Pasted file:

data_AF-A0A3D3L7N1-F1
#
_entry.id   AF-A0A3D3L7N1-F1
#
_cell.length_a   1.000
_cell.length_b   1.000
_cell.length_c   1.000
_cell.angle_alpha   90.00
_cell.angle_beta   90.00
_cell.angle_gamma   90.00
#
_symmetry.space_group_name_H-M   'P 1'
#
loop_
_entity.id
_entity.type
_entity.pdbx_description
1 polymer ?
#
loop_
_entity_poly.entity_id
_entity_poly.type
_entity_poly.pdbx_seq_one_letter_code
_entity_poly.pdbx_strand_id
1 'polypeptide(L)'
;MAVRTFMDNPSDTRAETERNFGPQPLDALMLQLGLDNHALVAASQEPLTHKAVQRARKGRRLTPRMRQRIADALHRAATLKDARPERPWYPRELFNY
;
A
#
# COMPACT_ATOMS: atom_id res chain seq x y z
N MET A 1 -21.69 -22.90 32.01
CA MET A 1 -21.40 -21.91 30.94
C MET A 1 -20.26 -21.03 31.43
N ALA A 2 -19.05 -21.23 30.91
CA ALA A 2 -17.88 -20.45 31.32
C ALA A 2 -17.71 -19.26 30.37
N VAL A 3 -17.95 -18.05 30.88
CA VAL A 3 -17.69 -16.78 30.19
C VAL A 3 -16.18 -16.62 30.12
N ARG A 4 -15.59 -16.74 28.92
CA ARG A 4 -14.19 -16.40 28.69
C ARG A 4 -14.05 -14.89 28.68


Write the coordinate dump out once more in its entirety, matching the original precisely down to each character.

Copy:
data_AF-A0A3D3L7N1-F1
#
_entry.id   AF-A0A3D3L7N1-F1
#
_cell.length_a   1.000
_cell.length_b   1.000
_cell.length_c   1.000
_cell.angle_alpha   90.00
_cell.angle_beta   90.00
_cell.angle_gamma   90.00
#
_symmetry.space_group_name_H-M   'P 1'
#
loop_
_entity.id
_entity.type
_entity.pdbx_description
1 polymer ?
#
loop_
_entity_poly.entity_id
_entity_poly.type
_entity_poly.pdbx_seq_one_letter_code
_entity_poly.pdbx_strand_id
1 'polypeptide(L)'
;MAVRTFMDNPSDTRAETERNFGPQPLDALMLQLGLDNHALVAASQEPLTHKAVQRARKGRRLTPRMRQRIADALHRAATLKDARPERPWYPRELFNY
;
A
#
# COMPACT_ATOMS: atom_id res chain seq x y z
N MET A 1 -21.69 -22.90 32.01
CA MET A 1 -21.40 -21.91 30.94
C MET A 1 -20.26 -21.03 31.43
N ALA A 2 -19.05 -21.23 30.91
CA ALA A 2 -17.88 -20.45 31.32
C ALA A 2 -17.71 -19.26 30.37
N VAL A 3 -17.95 -18.05 30.88
CA VAL A 3 -17.69 -16.78 30.19
C VAL A 3 -16.18 -16.62 30.12
N ARG A 4 -15.59 -16.74 28.92
CA ARG A 4 -14.19 -16.40 28.69
C ARG A 4 -14.05 -14.89 28.68